## Saturday, 9 August 2014

### chapter 10 Worked Out Examples

 Example: 1
Evaluate the following limits
 (a) $\mathop {\lim }\limits_{x \to 2} \left( {\dfrac{2}{{x(x - 2)}} - \dfrac{1}{{{x^2} - 3x + 2}}} \right)$ (b) $\mathop {\lim }\limits_{n \to \infty } \left[ {(1 + x)(1 + {x^2})(1 + {x^4})\ldots(1 + {x^{{2^n}}})} \right]|x|< 1$ (c) $\mathop {\lim }\limits_{x \to 3} \dfrac{{{x^3} - 7{x^2} + 15x - 9}}{{{x^4} - 5{x^2} + 27x - 27}}$
 Solution: 1-(a)
This limit is of the indeterminate form $\infty - \infty$. Combining the two dfractions in this limit should lead to a cancellation of the factor giving rise to this indeterminacy, i.e. $(x - 2)$
 $\mathop {\lim }\limits_{x \to 2} \left( {\dfrac{2}{{x(x - 2)}} - \dfrac{1}{{{x^2} - 3x + 2}}} \right)$ $\mathop {\lim }\limits_{x \to 2} \dfrac{{2(x - 1) - x}}{{x(x - 2)(x - 1)}} = \mathop {\lim }\limits_{x \to 2} \dfrac{{x - 2}}{{x(x - 1)(x - 2)}}$ Cancelling out $(x - 2)$ from the numerator and the denominator. $= \mathop {\lim }\limits_{x \to 2} \dfrac{1}{{x(x - 1)}} = \dfrac{1}{2}$
 Solution: 1-(b)
Before trying to solve this, try to feel that this expression will have a finite limit even though the number of factors being multiplied tends to infinity. This is because the successive factors become closer and closer to $1$ and their ‘contribution’ to the final product becomes smaller and smaller Now, to simplify this product, we multiply it by $\dfrac{{1 - x}}{{1 - x}}$. This is what happens:
 $\mathop {\lim }\limits_{n \to \infty } \left[ {\dfrac{{\overbrace{(1 - x).(1 + x)}(1 + {x^2})(1 + {x^4})\ldots(1 + {x^{{2^n}}})}}{{(1 - x).}}} \right]$ $\mathop {\lim }\limits_{n \to \infty } \left[ {\dfrac{{\overbrace{(1 - {x^2})(1 + {x^2})}(1 + {x^4})\ldots (1 + {x^{{2^n}}})}}{{(1 - x).}}} \right]$ $\mathop {\lim }\limits_{n \to 0} \left[ {\dfrac{{\overbrace{(1 - {x^4})(1 + {x^4})}\ldots (1 + {x^{{2^n}}})}}{{(1 - x).}}} \right]$ $\vdots$ $= \mathop {\lim }\limits_{n \to \infty } \,\,\dfrac{{1 - {x^2}^{n + 1}}}{{1 + x}}$
Since, $|x| < 1,\mathop {\lim }\limits_{n \to \infty } {x^{{2^{n + 1}}}} = 0$

Hence, the value of the limit is
$\dfrac{1}{{1 - x}}$
 Solution: 1-(c)
The numerator and denominator both tend to $0$ as $x \to 3$ because of the common factor $(x - 3)$.
 $\mathop {\lim }\limits_{x \to 3} \dfrac{{(x - 3)({x^2} - 4x + 3)}}{{(x - 3)({x^2} - 2{x^2} - 6x + 9)}} = \mathop {\lim }\limits_{x \to 3} \dfrac{{{x^2} - 4x + 3}}{{{x^3} - 2{x^2} - 6x + 9}}$ Cancelling out $(x - 3)$ from both the numerator and the denominator There is still another common $(x - 3)$ left in both the numerator and the denominator.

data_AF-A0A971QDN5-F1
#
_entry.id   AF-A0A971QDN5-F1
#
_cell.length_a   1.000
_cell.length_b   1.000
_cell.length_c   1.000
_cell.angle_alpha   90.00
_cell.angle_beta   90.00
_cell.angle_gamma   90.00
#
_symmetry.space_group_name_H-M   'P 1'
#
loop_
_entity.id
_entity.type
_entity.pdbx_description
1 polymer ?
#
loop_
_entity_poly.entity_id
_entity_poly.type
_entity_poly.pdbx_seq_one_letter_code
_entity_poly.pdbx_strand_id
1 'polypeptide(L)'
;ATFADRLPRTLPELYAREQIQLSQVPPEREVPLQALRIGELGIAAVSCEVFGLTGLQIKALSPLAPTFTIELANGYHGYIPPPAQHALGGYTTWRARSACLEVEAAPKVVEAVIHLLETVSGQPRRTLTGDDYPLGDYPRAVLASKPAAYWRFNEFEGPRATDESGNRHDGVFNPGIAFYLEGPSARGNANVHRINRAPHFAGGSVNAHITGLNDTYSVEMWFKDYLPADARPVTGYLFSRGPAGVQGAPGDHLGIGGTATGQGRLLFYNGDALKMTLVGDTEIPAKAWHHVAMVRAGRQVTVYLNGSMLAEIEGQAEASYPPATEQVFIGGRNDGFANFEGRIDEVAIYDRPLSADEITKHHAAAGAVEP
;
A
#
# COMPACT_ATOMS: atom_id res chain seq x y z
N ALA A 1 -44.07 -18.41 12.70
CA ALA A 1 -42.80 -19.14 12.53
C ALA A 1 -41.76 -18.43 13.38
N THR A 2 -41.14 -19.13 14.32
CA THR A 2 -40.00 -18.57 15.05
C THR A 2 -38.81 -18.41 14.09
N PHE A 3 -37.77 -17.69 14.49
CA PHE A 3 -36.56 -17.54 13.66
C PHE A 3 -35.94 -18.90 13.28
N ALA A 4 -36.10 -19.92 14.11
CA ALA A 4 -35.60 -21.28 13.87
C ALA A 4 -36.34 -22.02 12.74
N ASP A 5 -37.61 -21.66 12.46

Cancelling out $(x-3)$ again from the numerator and the denominator. $\mathop {\lim }\limits_{x \to 3} \dfrac{{(x - 1)(x - 3)}}{{(x - 3)({x^2} + x - 3)}} = \mathop {\lim }\limits_{x \to 3} \dfrac{{x - 1}}{{{x^2} + x - 3}} = \dfrac{2}{9}$
 Example: 2
Evaluate the following limits:
 (a) $\mathop {\lim }\limits_{x \to 4} \dfrac{{\sqrt {1 + 2x} - 3}}{{\sqrt x - 2}}$ (b) $\mathop {\lim }\limits_{x \to 1} \dfrac{{{x^2} - \sqrt x }}{{\sqrt x - 1}}$ (c) $\mathop {\lim }\limits_{x \to \infty } \dfrac{{\sqrt {{x^2} + 1} - \sqrt[3]{{{x^2} + 1}}}}{{\sqrt[4]{{{x^4} + 1}} - \sqrt[5]{{{x^4} + 1}}}}$ (d) $\mathop {\lim }\limits_{x \to 1} \dfrac{{(x + {x^2} +\ldots+ {x^n}) - n}}{{x - 1}}$
 Solution: 2-(a)
This limit can evidently be solved by rationalising both the numerator and the denominator.

 $\mathop {\lim }\limits_{x \to 4} \left\{ {\dfrac{{\sqrt {1 + 2x} - 3}}{{\sqrt x - 2}} \times \dfrac{{\sqrt {1 + 2x} + 3}}{{\sqrt {1 + 2x} + 3}} \times \dfrac{{\sqrt x + 2}}{{\sqrt x + 2}}} \right\}$ $= \mathop {\lim }\limits_{x \to 4} \left\{ {\dfrac{{2x - 8}}{{x - 4}} \times \dfrac{{\sqrt x + 2}}{{\sqrt {1 + 2x} + 3}}} \right\}$ $= 2\mathop {\lim }\limits_{x \to 4} \dfrac{{\sqrt x + 2}}{{\sqrt {1 + 2x} + 3}}$ $= \dfrac{4}{3}$
 Solution: 2-(b)
 This can be solved by rationalisation again. $\mathop {\lim }\limits_{x \to 1} \dfrac{{{x^2} - \sqrt x }}{{\sqrt x - 1}} \times \dfrac{{{x^2} + \sqrt x }}{{{x^2} + \sqrt x }} \times \dfrac{{\sqrt x + 1}}{{\sqrt x + 1}}$ $= \mathop {\lim }\limits_{x \to 1} \left\{ {\dfrac{{{x^4} - x}}{{x - 1}} \times \dfrac{{\sqrt x + 1}}{{{x^2} + \sqrt x }}} \right\}$ $= \mathop {\lim }\limits_{x \to 1} \left\{ {x\left( {{x^2} + x + 1} \right) \times \dfrac{{\sqrt x + 1}}{{{x^2} + \sqrt x }}} \right\}$
 Solution: 2-(c)
This limit is of the indeterminate form $\dfrac{{\infty - \infty }}{{\infty - \infty }}$ (and look very complicated !)
However, division of both the numerator and denominator by $x$ directly reduces the limit to a determinate form.
 $= \mathop {\lim }\limits_{x \to \infty } \left\{ {\dfrac{{\sqrt {\dfrac{{{x^2} + 1}}{{{x^2}}}} - \sqrt[3]{{\dfrac{{{x^2} + 1}}{{{x^3}}}}}}}{{\sqrt[4]{{\dfrac{{{x^4} + 1}}{{{x^4}}}}} - \sqrt[5]{{\dfrac{{{x^4} + 1}}{{{x^5}}}}}}}} \right\}$ $= \mathop {\lim }\limits_{x \to \infty } \left\{ {\dfrac{{\sqrt {1 + \dfrac{1}{{{x^2}}}} - \sqrt[3]{{\frac{1}{x} + \dfrac{1}{{{x^3}}}}}}}{{\sqrt[4]{{1 + \dfrac{1}{{{x^4}}}}} - \sqrt[5]{{\dfrac{1}{x} + \dfrac{1}{{{x^5}}}}}}}} \right\}$ ${\sqrt[3]{{\dfrac{1}{x} + \dfrac{1}{{{x^3}}}}}}$ and ${\sqrt[5]{{\dfrac{1}{x} + \dfrac{1}{{{x^5}}}}}}$ these two terms tend to $0$ as $x \to \infty$ $=1$
 Solution: 2-(d)
since the denominator is $x - 1$, we can get a hint that the numerator
 $(x + {x^2} + \ldots + {x^n}) - n$
can be written as
 $(x - 1) + ({x^2} - 1) +\ldots + ({x^n} - 1)$
so that
 $\mathop {\lim }\limits_{x \to 1} \dfrac{{\left( {x + {x^2} + \ldots+ {x^n}} \right) - n}}{{x - 1}} = \mathop {\lim }\limits_{x \to 1} \left\{ {\dfrac{{x - 1}}{{x - 1}} + \dfrac{{{x^2} - 1}}{{x - 1}} +\ldots + \dfrac{{{x^n} - 1}}{{x - 1}}} \right\}$ $= 1 + 2 + 3 + \ldots + n$ $= \dfrac{{n\left( {n + 1} \right)}}{2}$